After attending two State AIA conventions, I believe I have a better understanding of where architecture firms are coming from these days. I had the opportunity to meet hundreds of people from both the Alabama AIA Conference and the Mississippi AIA Conference. Both conferences were first class with excellent hotels, conference centers, and a large pool of national speakers.
As I talked to people at each event, I saw that the majority of the firms are not current on their release of AutoCAD. I am not one to suggest upgrading as soon as a new release hits the shelves just for the sake of upgrading, but I do evaluate each release to see if there are enough new features to make it worthwhile. Many of the firms that I spoke with are currently using release 2004, and were unaware Autodesk is in the process of retiring this release. If you are one of those firms, you should contact Alacad for an upgrade quote before the prices increase.
I was also not surprised to find many firms own Architectural Desktop, but are using it like AutoCAD. I heard many excuses as to why they are not using the ADT features. The main things I heard over and over again were that they do not need 3D, or it just doesn't work well to produce construction documents. Well, after listening to these reasons, I think it all can be summed up in two words - NO TRAINING. There are many advantages to ADT that can be used to increase your production in a 2D world. Autodesk is currently featuring a series of web casts on this very topic. Check out Amy's webcast if you fall into this category. Watch Amy's Screencasts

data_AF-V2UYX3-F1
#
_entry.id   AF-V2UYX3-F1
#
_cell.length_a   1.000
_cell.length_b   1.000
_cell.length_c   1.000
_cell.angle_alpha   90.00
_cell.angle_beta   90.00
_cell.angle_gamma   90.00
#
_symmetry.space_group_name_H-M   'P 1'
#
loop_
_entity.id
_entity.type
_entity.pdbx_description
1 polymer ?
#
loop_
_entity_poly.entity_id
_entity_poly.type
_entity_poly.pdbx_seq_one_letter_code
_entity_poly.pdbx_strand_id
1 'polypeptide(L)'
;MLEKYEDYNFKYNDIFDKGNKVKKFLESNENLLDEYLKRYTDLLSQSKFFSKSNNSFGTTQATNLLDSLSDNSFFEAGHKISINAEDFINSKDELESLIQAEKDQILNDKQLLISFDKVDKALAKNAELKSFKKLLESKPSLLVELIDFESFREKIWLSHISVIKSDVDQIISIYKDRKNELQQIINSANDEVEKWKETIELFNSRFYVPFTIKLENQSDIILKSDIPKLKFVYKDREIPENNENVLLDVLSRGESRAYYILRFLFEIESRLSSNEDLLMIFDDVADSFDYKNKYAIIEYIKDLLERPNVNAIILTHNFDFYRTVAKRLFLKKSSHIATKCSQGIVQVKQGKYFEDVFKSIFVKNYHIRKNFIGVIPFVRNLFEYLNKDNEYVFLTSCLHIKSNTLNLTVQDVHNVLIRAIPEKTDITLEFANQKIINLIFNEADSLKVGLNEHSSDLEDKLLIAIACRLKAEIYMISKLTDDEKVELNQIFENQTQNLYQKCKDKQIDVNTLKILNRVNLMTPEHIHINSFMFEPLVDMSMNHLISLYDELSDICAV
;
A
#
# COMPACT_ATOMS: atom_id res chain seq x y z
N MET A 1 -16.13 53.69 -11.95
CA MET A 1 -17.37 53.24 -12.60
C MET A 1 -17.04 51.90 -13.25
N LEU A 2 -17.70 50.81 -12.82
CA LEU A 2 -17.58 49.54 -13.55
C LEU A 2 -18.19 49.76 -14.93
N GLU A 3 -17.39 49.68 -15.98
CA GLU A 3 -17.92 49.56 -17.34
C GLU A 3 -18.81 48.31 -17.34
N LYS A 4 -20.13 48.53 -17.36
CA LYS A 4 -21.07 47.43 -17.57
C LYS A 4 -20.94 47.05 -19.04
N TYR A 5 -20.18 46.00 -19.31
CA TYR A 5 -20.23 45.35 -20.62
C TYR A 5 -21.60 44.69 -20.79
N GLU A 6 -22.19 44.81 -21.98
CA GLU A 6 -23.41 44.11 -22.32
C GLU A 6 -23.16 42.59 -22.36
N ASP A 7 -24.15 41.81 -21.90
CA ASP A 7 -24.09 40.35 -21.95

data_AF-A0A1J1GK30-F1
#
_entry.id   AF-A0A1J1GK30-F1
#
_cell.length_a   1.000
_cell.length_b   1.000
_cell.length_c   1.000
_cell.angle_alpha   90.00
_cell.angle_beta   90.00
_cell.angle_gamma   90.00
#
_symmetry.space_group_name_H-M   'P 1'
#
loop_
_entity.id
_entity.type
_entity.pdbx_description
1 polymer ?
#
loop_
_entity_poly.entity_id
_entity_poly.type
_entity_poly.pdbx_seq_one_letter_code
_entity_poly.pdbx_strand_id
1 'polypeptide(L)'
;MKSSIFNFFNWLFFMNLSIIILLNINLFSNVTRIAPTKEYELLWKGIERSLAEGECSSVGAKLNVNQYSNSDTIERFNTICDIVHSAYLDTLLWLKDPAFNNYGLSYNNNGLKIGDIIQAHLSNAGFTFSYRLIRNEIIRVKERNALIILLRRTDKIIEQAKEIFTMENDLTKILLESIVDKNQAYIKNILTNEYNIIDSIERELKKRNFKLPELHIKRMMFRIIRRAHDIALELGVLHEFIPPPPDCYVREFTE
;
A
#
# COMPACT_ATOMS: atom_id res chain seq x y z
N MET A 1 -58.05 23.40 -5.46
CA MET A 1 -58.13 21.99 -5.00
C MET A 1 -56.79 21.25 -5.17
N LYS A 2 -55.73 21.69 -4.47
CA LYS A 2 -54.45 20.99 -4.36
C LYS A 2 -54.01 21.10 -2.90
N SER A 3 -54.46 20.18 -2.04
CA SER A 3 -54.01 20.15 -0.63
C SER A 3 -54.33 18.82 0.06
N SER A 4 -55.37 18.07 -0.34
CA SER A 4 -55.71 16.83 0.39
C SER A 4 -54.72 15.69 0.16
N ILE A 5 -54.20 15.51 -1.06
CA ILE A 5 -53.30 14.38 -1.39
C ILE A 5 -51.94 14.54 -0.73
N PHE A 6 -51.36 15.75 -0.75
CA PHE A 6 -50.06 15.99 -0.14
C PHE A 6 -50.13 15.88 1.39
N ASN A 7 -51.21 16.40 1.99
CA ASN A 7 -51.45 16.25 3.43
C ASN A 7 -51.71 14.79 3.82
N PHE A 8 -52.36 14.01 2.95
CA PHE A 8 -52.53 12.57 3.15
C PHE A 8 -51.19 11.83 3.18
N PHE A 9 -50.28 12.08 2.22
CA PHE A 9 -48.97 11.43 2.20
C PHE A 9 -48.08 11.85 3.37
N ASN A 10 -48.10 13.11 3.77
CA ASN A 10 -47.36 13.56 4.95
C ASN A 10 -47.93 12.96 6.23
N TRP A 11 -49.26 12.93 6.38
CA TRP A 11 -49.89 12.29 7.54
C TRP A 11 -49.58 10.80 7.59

I did find several firms that are leading the troops into the world of BIM. I applaud them for their willingness to step out onto the cutting edge. Of the success stories that I heard, they all claimed that they would never go back to plain AutoCAD. This says much for the advantages. Will there be problems? Will there be times when you just don't get it? Will your production decrease on the first several projects? The answer to all of these questions is yes, but after the bumps clear out there is a huge increase of productivity. More importantly, however, is the assurance you will have that your documents are coordinated. When using a BIM (either Revit or ADT) your callouts will be correct, your schedules will match your plans, and your plans will match your elevations.
So I propose two challenges for the firms of Alabama and Mississippi. First, stay reasonably current with your release. If your release is 2004 or older, then upgrade now before it costs you more money. Second, if you are a proud owner of ADT but you are still using it as AutoCAD, get the training necessary to use the ADT features.